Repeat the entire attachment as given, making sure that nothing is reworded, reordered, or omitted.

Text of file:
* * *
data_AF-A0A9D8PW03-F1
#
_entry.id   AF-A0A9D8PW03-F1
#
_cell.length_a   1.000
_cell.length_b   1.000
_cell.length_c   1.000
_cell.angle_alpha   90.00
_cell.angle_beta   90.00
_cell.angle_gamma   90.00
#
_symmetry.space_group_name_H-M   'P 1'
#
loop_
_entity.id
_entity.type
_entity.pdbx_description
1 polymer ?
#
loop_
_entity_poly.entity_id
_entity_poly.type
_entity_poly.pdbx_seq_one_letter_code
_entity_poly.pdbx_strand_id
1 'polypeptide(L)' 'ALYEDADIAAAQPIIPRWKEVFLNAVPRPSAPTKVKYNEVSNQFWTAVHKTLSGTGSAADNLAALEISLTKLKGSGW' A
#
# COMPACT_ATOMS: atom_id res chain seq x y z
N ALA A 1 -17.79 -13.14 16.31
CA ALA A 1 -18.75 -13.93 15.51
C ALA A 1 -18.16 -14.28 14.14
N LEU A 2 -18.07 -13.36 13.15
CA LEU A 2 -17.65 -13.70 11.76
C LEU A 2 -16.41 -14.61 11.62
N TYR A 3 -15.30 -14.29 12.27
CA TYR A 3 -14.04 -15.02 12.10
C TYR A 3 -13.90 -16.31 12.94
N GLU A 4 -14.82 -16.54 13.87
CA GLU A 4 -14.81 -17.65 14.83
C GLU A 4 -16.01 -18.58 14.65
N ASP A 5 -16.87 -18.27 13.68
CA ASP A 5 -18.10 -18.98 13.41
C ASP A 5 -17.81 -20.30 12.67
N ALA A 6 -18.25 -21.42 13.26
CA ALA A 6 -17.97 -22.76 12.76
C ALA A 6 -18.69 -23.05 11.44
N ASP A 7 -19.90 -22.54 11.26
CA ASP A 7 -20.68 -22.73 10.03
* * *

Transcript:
data_AF-A0A9D8PW03-F1
#
_entry.id   AF-A0A9D8PW03-F1
#
_cell.length_a   1.000
_cell.length_b   1.000
_cell.length_c   1.000
_cell.angle_alpha   90.00
_cell.angle_beta   90.00
_cell.angle_gamma   90.00
#
_symmetry.space_group_name_H-M   'P 1'
#
loop_
_entity.id
_entity.type
_entity.pdbx_description
1 polymer ?
#
loop_
_entity_poly.entity_id
_entity_poly.type
_entity_poly.pdbx_seq_one_letter_code
_entity_poly.pdbx_strand_id
1 'polypeptide(L)' 'ALYEDADIAAAQPIIPRWKEVFLNAVPRPSAPTKVKYNEVSNQFWTAVHKTLSGTGSAADNLAALEISLTKLKGSGW' A
#
# COMPACT_ATOMS: atom_id res chain seq x y z
N ALA A 1 -17.79 -13.14 16.31
CA ALA A 1 -18.75 -13.93 15.51
C ALA A 1 -18.16 -14.28 14.14
N LEU A 2 -18.07 -13.36 13.15
CA LEU A 2 -17.65 -13.70 11.76
C LEU A 2 -16.41 -14.61 11.62
N TYR A 3 -15.30 -14.29 12.27
CA TYR A 3 -14.04 -15.02 12.10
C TYR A 3 -13.90 -16.31 12.94
N GLU A 4 -14.82 -16.54 13.87
CA GLU A 4 -14.81 -17.65 14.83
C GLU A 4 -16.01 -18.58 14.65
N ASP A 5 -16.87 -18.27 13.68
CA ASP A 5 -18.10 -18.98 13.41
C ASP A 5 -17.81 -20.30 12.67
N ALA A 6 -18.25 -21.42 13.26
CA ALA A 6 -17.97 -22.76 12.76
C ALA A 6 -18.69 -23.05 11.44
N ASP A 7 -19.90 -22.54 11.26
CA ASP A 7 -20.68 -22.73 10.03